National Holidays & Celebration

January 1 - Bagong Taon (New Year's Day)

January 9 - The Black Nazarene procession

March or April - Semana Santa (Holy Week)

November 1&2 - Undas (Day of the Dead)

December 24 - Noche Buena (Christmas)

December 25 - Araw ng Pasko (Christmas)

National Holiday
February 25 -E.D.S.A Revolution

April 9 - Araw ng Kagitingan

May 1 - Labor Day

June 12 - Independence Day

August 28 - National Heroes Day

November 30 - Bonifacio Day 

December 30 - Rizal Day



Sculpture is the branch of the visual arts that operates in three dimensions, and one of the plastic arts. Durable sculptural processes originally used carving (the removal of material) and modelling.

Sculpture is the branch of the visual arts that operates in three dimensions, and one of the plastic arts. Durable sculptural processes originally used carving (the removal of material) and modelling (the addition of Sculpture in stone survives far better than works of art in perishable materials, and often represents the majority of the surviving works (other than pottery) from ancient cultures, though conversely traditions of sculpture in wood may have vanished almost entirely. However, most ancient sculpture was brightly painted, and this has been lost.


Philippine Sculpture HIstory


Of all the new art forms introduced, the natives took to sculpture instantly. The carving of anito was transformed into sculpture of the saints. These santos were used primarily for the church altars and retablos. It also replaced the anitos in the altars of the natives’ homes.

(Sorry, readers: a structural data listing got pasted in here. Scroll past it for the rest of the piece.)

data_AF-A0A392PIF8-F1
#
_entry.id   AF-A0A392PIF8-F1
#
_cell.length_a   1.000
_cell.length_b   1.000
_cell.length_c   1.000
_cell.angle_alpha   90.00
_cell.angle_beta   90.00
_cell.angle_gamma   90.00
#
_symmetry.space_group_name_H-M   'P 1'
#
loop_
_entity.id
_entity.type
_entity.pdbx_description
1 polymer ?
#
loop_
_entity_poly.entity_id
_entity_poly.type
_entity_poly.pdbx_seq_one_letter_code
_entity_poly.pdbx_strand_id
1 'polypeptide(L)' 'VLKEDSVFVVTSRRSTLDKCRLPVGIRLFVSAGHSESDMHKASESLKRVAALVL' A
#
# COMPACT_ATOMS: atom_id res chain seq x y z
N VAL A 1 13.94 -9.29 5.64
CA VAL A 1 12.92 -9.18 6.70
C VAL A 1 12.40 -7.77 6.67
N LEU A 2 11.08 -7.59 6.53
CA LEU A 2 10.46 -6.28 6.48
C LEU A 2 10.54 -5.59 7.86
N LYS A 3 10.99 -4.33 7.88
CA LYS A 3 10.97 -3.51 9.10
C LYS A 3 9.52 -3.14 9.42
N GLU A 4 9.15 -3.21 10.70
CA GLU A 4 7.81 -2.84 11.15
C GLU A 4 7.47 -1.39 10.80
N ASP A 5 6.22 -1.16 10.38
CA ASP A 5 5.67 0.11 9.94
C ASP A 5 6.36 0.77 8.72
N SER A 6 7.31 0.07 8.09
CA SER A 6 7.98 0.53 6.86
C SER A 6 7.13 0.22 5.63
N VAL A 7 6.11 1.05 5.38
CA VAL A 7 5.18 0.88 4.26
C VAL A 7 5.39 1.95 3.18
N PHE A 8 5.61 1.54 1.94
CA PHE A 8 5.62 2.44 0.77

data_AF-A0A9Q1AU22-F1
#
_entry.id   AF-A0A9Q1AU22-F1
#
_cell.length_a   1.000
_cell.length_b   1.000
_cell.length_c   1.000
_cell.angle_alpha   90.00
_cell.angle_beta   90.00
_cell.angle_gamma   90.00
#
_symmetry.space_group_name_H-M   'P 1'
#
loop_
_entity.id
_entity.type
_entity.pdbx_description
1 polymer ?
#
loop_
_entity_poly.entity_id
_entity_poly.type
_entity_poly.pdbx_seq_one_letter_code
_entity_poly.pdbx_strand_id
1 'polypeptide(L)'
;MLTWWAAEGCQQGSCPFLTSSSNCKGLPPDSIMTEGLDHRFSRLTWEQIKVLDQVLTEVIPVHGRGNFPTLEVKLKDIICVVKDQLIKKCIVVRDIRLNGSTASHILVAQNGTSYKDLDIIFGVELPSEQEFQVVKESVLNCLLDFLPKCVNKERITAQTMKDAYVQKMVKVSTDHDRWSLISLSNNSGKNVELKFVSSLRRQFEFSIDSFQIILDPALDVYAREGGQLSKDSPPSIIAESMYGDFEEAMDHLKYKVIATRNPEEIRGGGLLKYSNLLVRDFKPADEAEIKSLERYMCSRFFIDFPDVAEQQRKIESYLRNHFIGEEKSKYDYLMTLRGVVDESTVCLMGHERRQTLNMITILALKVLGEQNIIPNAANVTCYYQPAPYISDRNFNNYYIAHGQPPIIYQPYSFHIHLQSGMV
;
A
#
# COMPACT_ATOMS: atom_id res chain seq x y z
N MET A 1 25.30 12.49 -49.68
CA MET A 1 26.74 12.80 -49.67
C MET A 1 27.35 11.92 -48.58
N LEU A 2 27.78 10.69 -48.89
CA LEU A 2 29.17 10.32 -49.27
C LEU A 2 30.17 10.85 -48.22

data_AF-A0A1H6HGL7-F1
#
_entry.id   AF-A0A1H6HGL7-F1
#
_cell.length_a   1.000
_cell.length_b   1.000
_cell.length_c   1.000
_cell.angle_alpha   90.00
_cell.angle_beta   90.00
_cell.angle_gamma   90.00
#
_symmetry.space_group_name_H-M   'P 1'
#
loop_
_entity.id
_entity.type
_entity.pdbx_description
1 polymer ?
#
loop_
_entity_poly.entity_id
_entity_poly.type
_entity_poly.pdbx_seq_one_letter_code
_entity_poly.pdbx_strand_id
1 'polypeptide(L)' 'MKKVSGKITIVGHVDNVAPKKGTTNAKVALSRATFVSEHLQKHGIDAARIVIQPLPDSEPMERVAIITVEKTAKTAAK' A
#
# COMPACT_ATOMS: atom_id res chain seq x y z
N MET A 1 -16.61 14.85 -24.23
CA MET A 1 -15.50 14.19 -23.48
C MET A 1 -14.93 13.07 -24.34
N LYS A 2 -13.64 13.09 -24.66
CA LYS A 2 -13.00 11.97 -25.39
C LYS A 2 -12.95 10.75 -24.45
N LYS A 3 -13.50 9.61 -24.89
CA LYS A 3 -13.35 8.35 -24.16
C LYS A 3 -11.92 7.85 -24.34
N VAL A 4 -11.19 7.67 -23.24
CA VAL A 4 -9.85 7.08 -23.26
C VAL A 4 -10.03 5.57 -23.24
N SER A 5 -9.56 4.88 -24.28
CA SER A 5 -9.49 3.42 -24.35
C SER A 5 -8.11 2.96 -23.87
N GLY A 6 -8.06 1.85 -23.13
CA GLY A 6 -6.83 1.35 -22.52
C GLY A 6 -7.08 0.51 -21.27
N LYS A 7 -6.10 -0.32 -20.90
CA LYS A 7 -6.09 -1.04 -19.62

Carvings for churches include altarpieces called
retablos (usually with niches for the icons), the central point of any Catholic church. The retablo houses the tabernacle and the image of the town’s patron saint. Usually referred to as a "cabinet of saints",one would see a hierarchy of saints depending on their importance to the townspeople. The patron saint would be in the middle; less important saints would be in the periphery. The most elaborate retablos can be seen in the San Agustin Church in Intramuros.

Other parts of the church that may have carvings are church doors, pulpits, and
carrozas (floats that carry the saints for processions). The façade of churches may be carved from adobe, coral stone, and volcanic rock, among others. It may have carved images of saints, floral decorations or leaf decors. In the case of the Miag-ao Church in Iloilo, the façade is decorated with a carved image of St. Christopher carrying the Christ Child on his shoulders under a coconut tree. Relleves (carved images in relief) usually depict the Via Crucis. It may also show holy images in religious scenes. The earliest known sculptor in the Philippines is the 17th century sacristan, sculptor and silversmith Juan de los Santos (ca. 1590 – ca. 1660) of San Pablo, Laguna. A few of his extant works may be found at the San Agustin Convent museum.


Except for de los Santos, carvers were anonymous artisans before the 19th century. But in the mid-19thcentury, with the rise of the ilustrados and the opening of the country to international trade, higher artistic standards were demanded from the carvers/sculptors. A number of Filipinos found fame in sculpture such asCrispulo Hocson, Romualdo de Jesus, Leoncio Asuncion and Isabelo Tampinco.


The second half of the 19th century, as travel in and around the country considerably improved, saw a marked increase in the demand for non-religious souvenirs. Tipos del pais (human types of the country) sculptures, showing ordinary people doing everyday activities and wearing their local costumes, became the favorite. They also depicted the heads of the various ethnic groups.